• Arranging and cleaning up food/catering
    • Keeping track of spending and staying within budget
    • Complying with granting agency and Stanford University policies
    • Publicizing workshop activities
    • Distributing and/or posting readings to the web
    • Inviting workshop speakers
    • Arranging workshop speakers’ transportation, accommodations, and meals
    • Organizing special events, such as conferences and colloquia
    • Making sure that workshop organizers (themselves included) are reimbursed promptly for any workshop expenses they incur
    • Providing up-to-date schedules to the workshop administrator
    • Keeping the workshop administrator apprised of all details regarding visiting scholars scheduled to speak at workshop meetings
  • Program Reporting Requirements[+]
    Although the primary reporting responsibility for the workshops rests with faculty coordinators, graduate student coordinators also participate in fulfilling workshops reporting requirements. These include providing the following information to the workshops administrator:
    • Post your event schedule information online directly to our website.
    • Track event attendance of both graduate student and faculty participants
    • Include the workshops administrator on any workshop email distribution lists or listservs
    • Provide a participant membership list at the beginning and end of the year
    • Writing the end-of-year report, which should include all workshop meeting information, including dates and locations, speaker names, and talk titles

    We encourage coordinators to archive workshop events when possible by audio or video recording, and consider taking photos of group activities. The Humanities Center may also record or photograph workshop sessions for publicity or archival purposes.

  • Intellectual Stewardship[+]
    Faculty coordinators are primarily responsible for intellectual stewardship of the Geballe Research Workshops, but graduate coordinators should also be actively involved in determining the intellectual design of the workshop. The interaction between graduate and faculty coordinators often sets the tone for collegial interaction between other students and faculty in the workshops. Graduate student coordinators play a vital role in making the workshops welcoming and comfortable spaces for other graduate students. Intellectual stewardship in the research workshops also means:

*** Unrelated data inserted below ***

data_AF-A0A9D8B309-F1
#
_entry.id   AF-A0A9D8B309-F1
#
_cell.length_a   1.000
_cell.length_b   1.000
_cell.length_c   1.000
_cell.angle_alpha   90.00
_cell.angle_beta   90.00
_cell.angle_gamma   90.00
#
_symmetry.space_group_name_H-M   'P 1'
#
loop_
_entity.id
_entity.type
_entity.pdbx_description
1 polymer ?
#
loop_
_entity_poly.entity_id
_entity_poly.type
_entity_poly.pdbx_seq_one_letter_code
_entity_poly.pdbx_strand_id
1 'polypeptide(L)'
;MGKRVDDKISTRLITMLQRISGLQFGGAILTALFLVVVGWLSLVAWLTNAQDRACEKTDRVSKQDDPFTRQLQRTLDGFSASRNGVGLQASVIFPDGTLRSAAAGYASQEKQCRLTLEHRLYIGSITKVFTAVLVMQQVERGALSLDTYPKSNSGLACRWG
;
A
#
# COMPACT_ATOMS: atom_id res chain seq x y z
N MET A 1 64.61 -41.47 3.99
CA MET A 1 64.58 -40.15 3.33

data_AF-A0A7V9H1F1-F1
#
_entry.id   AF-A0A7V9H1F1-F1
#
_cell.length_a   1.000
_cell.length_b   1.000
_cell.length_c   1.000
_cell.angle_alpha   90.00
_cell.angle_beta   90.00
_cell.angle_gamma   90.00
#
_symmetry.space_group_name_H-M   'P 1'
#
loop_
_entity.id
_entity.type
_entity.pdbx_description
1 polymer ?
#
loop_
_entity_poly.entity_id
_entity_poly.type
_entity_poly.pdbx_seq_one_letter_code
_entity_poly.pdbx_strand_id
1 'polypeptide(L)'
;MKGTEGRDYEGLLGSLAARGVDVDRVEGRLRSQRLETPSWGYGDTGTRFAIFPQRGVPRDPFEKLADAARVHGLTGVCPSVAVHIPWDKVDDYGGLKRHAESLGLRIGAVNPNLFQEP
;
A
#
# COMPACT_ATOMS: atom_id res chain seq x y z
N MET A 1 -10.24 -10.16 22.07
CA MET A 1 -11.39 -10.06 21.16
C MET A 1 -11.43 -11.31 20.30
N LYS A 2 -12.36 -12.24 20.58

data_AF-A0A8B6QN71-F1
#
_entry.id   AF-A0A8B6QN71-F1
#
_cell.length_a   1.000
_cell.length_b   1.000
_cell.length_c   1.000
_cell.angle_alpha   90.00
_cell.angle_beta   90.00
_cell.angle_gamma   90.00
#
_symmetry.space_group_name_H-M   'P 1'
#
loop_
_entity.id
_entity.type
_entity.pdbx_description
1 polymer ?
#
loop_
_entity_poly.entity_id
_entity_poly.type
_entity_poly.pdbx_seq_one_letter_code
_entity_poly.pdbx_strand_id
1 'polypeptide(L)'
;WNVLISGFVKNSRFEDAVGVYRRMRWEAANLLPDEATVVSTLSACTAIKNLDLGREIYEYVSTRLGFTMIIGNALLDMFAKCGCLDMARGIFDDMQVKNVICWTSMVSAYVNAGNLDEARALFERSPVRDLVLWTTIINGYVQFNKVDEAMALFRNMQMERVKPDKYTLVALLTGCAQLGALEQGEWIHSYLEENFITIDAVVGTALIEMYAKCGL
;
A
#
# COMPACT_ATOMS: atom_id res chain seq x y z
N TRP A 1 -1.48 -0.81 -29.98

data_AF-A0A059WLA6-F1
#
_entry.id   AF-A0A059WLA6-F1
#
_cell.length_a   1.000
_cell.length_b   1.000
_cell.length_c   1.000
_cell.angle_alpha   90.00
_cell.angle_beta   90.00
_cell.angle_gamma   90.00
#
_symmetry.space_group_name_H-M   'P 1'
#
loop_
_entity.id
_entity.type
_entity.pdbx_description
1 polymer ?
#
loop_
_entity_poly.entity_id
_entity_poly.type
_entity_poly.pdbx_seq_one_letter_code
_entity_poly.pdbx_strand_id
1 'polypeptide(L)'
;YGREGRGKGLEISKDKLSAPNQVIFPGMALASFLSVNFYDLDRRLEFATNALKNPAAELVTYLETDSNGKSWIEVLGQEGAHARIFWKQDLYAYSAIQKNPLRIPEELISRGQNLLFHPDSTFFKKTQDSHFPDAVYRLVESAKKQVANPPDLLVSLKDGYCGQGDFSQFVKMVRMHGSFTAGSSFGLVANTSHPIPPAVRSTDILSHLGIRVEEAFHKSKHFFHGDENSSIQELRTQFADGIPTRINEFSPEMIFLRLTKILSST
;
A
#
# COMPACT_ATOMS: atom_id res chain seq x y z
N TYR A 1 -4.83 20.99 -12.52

• Defining an area of intellectual inquiry that is compelling to an interdisciplinary audience
    • Recruiting membership from a broad range of humanities disciplines
    • Articulating important emerging issues and trends within your chosen field
    • Responding to evolving intellectual interests of your group throughout the year
    • Encouraging Stanford graduate students and faculty, as well as outside speakers, to present work-in-progress
    • Ensuring a collegial tone for workshop interactions and avoiding hierarchies between faculty and graduate students
    • Promoting graduate students€™ professional development by encouraging networking with established scholars in your field, and collaborative work with faculty, and presentation of work throughout the year
    • Promoting collaborative work with scholars outside Stanford. A number of workshops have produced collaborative research projects leading to outside grants or publication of collections of essays
    • Creating a web archive of workshop papers, work-in-progress reports, and reports